Had any conversations go the wrong way today?
When you couldn’t quite get your point across and what you did say wasn’t really what you meant to say?
It could be that you’re losing out in the Persona Lottery – the highly personalised game that we’re all playing even though most of us are unaware that we’ve even bought a ticket.
There’s nothing new in people having different personas, the multiple roles we assume in different social and professional situations.
At work we can be colleague, boss, subordinate, supplier and client.
At home we might be sibling, parent, child, friend and neighbour.
What’s new is the speed and frequency with which we now have to change from one role to another, and the degree to which we are simultaneously many things to many people.
Remember life before smart devices? When you could leave your family personas at the front door and use your journey to work to ease in to your professional roles?
Now, the walk to the tube or the morning bus ride gives rise to an early morning cameo from your very own ensemble cast. It’s like a daily mash-up of Friends, Mad Men and EastEnders, playing in your own head, before 9am.
Having to change gears so quickly, at the flick of a screen, isn’t something with which my generation alone struggles.
The recent and widely-reported research from Glasgow University made clear how teenagers feel the pressure of 24/7 connectivity and I suspect that the well-documented Fear Of Missing Out is exacerbated by another incessant and compulsive drive – the need to say The Right Thing At The Right Time.
There are times when we get this right, slipping effortlessly from one persona to another. And there are also times when the speed and fluency of the switch is more dial-up connection than high speed broadband.
So how can the odds of maintaining peace of mind, quality of relationships and authenticity of communication be improved in the Persona Lottery?
Some tactical measures might help.
Things like taking time away from digital devices.
Using out-of-office and voicemail messages to buy time.
And counting to ten (or twenty or 100) while calming down, picking up the thread of the previous conversation in a particular persona and responding accordingly.
A client of mine plays the Persona Lottery by trying to work in clusters. She makes the calls and connections she needs to as a mum; then those needed as a caring daughter to elderly parents. Then she focuses on the work-related conversations.
Another client tries to structure his day in sections – successive and exclusively face-to-face meetings at work; then time for digital correspondence that starts with work and moves along to personal interests.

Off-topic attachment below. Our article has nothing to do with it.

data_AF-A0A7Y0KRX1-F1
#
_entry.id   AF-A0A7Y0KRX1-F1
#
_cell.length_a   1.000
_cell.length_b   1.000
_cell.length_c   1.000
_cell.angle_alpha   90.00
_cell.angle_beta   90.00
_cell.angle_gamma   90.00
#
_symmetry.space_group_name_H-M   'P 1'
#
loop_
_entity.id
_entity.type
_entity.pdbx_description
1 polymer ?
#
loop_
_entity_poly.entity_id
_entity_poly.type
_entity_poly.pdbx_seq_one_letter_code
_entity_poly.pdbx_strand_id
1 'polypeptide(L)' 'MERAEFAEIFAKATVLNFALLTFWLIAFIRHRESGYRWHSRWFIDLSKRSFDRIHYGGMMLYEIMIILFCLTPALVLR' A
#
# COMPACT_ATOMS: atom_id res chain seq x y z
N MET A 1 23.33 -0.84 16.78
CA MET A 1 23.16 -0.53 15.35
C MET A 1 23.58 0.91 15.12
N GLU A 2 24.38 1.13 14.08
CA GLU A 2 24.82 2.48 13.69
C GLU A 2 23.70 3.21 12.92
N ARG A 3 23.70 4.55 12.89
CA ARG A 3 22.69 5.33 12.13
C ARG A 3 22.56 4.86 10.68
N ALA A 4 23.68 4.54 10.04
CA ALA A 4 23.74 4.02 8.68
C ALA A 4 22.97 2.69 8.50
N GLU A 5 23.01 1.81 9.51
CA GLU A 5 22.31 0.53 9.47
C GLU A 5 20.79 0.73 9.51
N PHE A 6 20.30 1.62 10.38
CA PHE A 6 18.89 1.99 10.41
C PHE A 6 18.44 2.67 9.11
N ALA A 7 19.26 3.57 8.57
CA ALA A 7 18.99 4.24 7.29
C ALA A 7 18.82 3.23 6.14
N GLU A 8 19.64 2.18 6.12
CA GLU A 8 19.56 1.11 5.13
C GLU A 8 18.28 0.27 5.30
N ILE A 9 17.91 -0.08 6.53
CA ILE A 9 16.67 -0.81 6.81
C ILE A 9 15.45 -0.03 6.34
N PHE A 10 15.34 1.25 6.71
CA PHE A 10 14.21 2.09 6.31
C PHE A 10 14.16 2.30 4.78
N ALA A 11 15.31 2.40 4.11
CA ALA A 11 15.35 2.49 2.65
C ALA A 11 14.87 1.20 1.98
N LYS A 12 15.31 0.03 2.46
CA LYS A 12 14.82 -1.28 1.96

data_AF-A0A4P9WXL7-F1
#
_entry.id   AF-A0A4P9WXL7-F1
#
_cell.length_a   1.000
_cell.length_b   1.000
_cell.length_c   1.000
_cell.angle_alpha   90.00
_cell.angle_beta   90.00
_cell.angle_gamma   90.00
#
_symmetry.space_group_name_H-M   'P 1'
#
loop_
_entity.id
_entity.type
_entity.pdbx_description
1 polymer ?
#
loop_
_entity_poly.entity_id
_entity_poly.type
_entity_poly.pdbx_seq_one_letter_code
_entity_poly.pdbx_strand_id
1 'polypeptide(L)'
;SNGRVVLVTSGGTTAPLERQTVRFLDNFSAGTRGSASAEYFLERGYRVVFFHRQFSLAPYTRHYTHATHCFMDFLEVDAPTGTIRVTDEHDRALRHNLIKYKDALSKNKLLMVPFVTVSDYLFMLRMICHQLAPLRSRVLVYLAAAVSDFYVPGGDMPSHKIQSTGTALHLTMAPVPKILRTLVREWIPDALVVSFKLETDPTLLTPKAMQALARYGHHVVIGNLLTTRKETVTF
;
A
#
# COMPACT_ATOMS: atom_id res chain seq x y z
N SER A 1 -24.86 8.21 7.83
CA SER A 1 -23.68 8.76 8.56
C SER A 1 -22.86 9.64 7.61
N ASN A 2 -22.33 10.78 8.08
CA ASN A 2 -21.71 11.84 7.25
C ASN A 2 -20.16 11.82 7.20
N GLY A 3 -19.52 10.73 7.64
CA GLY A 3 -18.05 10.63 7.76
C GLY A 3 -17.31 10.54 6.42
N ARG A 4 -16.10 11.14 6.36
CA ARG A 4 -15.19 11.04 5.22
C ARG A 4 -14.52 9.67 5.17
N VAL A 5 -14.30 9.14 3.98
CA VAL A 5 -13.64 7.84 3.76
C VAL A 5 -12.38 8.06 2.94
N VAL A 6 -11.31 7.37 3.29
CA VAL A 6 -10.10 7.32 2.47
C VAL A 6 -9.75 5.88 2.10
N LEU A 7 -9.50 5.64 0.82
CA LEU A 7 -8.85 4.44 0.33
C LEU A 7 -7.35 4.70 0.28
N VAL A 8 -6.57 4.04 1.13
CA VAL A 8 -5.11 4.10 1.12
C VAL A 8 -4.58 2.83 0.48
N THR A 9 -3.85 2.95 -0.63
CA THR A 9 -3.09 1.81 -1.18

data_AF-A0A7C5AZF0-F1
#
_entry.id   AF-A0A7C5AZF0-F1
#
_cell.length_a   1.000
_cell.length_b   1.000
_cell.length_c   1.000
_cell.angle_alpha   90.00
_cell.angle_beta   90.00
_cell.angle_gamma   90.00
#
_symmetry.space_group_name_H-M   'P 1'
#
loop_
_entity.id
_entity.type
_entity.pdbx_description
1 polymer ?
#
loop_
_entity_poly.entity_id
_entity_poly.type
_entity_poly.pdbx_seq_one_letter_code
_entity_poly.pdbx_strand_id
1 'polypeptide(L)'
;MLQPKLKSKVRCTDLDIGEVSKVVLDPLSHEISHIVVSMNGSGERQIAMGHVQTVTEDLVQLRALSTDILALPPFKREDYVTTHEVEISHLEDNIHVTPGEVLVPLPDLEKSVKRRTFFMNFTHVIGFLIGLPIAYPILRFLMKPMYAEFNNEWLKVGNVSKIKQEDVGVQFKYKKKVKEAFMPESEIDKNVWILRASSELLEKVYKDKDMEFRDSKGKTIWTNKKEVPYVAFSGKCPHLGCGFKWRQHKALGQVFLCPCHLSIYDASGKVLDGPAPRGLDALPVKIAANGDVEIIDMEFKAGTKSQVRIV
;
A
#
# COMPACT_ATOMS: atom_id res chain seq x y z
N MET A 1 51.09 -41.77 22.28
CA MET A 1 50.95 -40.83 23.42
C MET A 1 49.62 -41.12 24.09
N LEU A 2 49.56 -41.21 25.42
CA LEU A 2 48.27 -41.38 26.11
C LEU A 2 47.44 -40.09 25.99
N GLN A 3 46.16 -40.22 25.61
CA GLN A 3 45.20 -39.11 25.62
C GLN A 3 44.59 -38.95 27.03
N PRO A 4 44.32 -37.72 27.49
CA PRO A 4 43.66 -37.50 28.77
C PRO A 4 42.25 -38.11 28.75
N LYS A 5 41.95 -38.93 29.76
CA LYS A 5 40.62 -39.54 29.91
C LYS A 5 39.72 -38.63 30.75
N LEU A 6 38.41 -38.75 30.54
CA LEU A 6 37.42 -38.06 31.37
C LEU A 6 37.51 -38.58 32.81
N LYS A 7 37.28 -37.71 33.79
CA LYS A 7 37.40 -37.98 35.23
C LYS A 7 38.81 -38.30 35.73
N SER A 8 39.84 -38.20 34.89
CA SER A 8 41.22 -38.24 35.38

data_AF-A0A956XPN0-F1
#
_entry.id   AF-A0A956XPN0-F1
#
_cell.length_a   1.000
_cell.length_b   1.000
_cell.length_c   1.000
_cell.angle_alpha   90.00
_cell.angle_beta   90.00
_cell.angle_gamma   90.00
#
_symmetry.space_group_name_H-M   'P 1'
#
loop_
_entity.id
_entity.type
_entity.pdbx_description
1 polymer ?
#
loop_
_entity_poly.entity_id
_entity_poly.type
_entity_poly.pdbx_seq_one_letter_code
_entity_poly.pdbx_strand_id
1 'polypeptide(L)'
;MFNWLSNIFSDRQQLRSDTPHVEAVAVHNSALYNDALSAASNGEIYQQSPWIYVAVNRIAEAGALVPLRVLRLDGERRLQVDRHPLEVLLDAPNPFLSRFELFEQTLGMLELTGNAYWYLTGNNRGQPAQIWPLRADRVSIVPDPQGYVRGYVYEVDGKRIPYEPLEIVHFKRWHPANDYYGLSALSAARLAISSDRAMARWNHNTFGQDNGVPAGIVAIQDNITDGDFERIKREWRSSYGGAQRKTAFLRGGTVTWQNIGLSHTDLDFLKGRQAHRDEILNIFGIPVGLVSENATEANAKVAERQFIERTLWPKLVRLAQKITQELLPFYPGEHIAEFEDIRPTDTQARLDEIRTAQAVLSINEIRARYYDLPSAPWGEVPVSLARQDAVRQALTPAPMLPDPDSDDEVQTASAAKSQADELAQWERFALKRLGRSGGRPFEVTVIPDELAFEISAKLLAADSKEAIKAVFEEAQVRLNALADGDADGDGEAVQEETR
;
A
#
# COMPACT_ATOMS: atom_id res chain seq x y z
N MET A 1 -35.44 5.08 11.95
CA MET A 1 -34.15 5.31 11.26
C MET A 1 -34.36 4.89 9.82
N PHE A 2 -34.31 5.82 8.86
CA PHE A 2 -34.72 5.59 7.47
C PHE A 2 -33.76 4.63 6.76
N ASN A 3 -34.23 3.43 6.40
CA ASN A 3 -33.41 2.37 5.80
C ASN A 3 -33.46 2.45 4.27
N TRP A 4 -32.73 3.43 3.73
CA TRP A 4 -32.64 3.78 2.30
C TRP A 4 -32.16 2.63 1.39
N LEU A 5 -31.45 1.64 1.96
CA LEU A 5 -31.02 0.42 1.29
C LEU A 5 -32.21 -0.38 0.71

Like all tactical approaches, and in the absence of a silver bullet, these ideas work for some people, some of the time. Where they do help, the biggest success factor is the initial awareness of the problem and a determination to change.
It might also be helpful to ask three wider and more strategic questions.
Firstly, as you switch to a new persona, what your intent in the subsequent conversation? Are you trying to vent frustration from a previous and unrelated exchange? Are you trying to prove a point and to boost your own mood by ‘winning’ the conversation? Or do you feel good about the world; hoping to share a little of that positivity? (For further reading here, I’m OK – You’re OK by Dr. Thomas Harris provides a brilliant and best-selling explanation of transactional analysis).
Secondly, you might ask if a pattern of unresolved issues has attached itself to a specific persona. Time and inclination might argue against identifying and tackling the ‘elephant in the room’, but shying away from difficult conversations can build resentment that is easily transferred to different and unrelated situations.
Finally, what happens when you are persona-free?
Strip away the need to communicate as colleague, boss, subordinate, supplier and client. Put to one side sibling, parent, child, friend and neighbour.
What’s left? As the fragments of countless interactions recede, what emerges? A person who knows where they’re going and is content with their direction and their conduct? Or a person who can’t quite reconcile their lifestyle and behavior with their values and their purpose?
Find the answers to these questions and you might well find that your ticket in the Persona Lottery is much more likely to be a winning one.